In last week's This Week In Science, I summed up a paper published in Scicence by Li et al.1 which was hyped up as being a challenge to the Central Dogma of molecular biology. The authors compared the RNA sequences from numerous individuals to the original DNA sequences they were derived from. What they found were a multitude of sites where the RNA sequences differed from that which would be expected given the original DNA sequence. Moreover, these variations were shared across individuals, indicating that they were not likely due to random mutation. Furthermore, the team found proteins that matched the varied RNA sequences and not the DNA sequences. These results suggested that there exists some yet unknown editing step during transcription that alters individual nucleotides in the resulting RNA transcripts.
However, declaring the Central Dogma to be toppled may have been a bit premature. According to Lior Pachter at the University of California, Berkley, the variations discovered by the researchers could be artifacts caused by their sequencing equipment. Many of the sites that were found to contain altered nucleotides lie in regions which are known to often cause RNA sequencing errors. In other words, the variations that the team observed, in many cases, might just be sequencing mistakes.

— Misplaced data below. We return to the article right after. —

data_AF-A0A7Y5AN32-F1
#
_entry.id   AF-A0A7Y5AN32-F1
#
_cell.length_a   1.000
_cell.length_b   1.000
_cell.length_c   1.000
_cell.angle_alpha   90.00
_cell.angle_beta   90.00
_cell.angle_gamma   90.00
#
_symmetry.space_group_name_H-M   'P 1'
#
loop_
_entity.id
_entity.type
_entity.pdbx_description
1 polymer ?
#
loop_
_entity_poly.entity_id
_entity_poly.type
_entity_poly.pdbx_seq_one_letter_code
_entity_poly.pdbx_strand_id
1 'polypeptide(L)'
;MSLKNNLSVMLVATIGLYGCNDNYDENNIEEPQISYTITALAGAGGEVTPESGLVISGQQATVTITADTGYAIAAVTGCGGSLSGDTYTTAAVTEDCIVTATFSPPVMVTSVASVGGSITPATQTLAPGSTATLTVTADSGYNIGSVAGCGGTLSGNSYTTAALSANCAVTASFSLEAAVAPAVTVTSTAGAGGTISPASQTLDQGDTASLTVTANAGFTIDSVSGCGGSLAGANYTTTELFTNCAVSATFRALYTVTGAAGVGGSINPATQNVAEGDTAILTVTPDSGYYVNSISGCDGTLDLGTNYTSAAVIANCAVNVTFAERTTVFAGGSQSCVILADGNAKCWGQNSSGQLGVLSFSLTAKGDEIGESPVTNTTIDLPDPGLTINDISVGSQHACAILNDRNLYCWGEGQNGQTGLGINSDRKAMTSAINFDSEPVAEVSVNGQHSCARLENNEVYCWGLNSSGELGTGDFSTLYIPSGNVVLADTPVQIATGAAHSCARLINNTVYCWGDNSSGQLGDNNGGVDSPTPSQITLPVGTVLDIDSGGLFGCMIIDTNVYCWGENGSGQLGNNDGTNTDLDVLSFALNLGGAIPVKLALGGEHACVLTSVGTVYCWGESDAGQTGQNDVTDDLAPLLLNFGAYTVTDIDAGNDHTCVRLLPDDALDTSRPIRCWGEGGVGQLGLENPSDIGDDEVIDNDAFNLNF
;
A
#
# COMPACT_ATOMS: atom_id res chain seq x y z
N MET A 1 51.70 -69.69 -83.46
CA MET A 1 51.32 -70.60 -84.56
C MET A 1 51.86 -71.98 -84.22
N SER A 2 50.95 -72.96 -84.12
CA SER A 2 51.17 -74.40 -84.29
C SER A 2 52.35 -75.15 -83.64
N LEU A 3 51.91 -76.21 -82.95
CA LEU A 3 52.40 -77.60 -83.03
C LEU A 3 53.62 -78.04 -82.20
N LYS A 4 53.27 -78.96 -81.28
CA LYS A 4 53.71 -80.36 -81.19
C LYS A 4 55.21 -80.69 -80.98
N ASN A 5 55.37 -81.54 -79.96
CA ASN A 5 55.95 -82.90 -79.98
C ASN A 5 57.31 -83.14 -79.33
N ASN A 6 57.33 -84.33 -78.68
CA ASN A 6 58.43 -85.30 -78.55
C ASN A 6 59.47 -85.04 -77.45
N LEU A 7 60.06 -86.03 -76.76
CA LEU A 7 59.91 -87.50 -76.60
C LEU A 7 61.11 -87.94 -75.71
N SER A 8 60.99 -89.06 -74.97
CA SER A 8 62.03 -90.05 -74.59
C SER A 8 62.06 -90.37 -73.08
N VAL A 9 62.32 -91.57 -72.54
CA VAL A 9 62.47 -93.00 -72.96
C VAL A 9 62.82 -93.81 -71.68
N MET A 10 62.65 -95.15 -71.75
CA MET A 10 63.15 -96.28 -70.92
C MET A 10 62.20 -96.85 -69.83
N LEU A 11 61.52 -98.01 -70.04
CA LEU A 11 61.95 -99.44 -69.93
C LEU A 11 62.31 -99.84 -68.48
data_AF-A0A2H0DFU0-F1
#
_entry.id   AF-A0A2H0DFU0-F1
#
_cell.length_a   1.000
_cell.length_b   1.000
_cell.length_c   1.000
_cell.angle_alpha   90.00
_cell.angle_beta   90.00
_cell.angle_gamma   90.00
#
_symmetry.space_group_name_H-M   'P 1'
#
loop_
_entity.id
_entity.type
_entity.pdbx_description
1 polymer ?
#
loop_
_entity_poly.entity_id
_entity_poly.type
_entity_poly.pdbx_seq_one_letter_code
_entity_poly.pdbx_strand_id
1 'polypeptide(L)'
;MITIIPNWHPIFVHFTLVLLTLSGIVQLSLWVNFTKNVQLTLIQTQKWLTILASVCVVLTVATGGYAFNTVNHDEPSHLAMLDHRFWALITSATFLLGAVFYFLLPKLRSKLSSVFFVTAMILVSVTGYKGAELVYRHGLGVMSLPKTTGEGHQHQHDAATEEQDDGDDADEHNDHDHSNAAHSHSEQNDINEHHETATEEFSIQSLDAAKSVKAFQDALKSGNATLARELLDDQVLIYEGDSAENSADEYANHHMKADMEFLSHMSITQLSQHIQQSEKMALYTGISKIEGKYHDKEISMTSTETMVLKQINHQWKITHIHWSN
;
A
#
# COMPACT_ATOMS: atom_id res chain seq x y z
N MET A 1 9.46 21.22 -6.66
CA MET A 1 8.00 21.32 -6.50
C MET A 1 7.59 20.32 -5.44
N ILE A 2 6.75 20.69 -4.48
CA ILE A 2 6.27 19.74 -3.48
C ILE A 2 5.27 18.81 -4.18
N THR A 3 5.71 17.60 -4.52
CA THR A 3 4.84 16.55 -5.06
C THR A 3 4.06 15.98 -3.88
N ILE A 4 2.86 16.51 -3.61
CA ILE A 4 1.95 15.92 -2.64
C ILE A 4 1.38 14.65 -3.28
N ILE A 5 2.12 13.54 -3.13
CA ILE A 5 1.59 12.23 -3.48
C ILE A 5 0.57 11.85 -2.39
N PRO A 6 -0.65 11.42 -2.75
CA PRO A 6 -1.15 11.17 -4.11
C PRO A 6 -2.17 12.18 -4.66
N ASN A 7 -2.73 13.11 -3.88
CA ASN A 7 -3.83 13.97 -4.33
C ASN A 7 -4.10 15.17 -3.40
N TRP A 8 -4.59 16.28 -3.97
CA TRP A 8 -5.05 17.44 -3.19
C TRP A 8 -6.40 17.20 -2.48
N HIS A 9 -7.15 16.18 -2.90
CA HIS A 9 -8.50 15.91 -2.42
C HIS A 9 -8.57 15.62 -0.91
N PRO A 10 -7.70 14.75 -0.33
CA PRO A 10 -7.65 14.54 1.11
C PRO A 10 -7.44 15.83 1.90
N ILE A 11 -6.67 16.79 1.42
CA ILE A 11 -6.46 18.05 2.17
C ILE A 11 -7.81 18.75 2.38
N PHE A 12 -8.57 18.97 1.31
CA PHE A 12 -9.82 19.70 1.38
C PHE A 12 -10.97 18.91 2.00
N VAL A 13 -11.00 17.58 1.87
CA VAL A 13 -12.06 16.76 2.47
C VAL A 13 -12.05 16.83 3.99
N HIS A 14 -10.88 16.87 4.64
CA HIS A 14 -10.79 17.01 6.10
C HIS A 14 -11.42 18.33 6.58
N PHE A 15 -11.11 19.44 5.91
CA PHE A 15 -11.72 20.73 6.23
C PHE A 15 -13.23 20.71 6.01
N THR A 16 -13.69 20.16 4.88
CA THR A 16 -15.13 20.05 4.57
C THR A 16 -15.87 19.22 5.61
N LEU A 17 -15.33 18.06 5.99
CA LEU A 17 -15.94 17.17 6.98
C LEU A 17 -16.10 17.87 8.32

Further skepticism has been shown by Joe Pickrell at the blog Genomes Unzipped (which I highly suggest reading, as he goes into quite a bit more detail than what I've presented below). He points out that the differences in RNA and DNA that the authors discovered might be false positives created by attributing a particular RNA sequence to the incorrect DNA sequence. For any given DNA sequence, there are bound to be other sequences very similar - even almost identical - to it2. If you are given an RNA sequence, then, how do you determine which of the very similar DNA sequences it is derived from? Unless one takes steps to remove the incorrect sequences, it is very likely that you will end up with a false-positive. It would appear that Li et al. did not take such steps.
Pickrell points out another problem with sequencing and mapping through RNA splice sites. Mammalian genes are frequently alternatively spliced, and a cDNA library like the ones Li et al. used will have multiple isoforms of a gene. When mapping such transcripts back to the genome, you have to keep in mind that the genomic sequence will still contain the introns that have been excised in the mature mRNA transcripts. If you compare the shorter, edited mRNA to the longer, unedited DNA, you're likely to find many differences between the two. Mapping a particular sequence read to the wrong isoform will generate false-positives. Pickrell shows that Li et al. did just this on at least one occasion.
So widespread RNA editing in humans might not be a reality. It's possible that it is, but problems with the procedure used by Li et al. raise many doubts. I'm looking forward to reading the follow-up research. Until then, as perhaps Mark Twain would say, reports of the death of the Central Dogma have been exaggerated.
1. M. Li et al. "Widespread RNA and DNA sequence differences in the human transcriptome". 2011. Science. doi:10.1126/science.1207018
2. It should be obvious that the larger the given sequence, the fewer (near)identical sites there will be.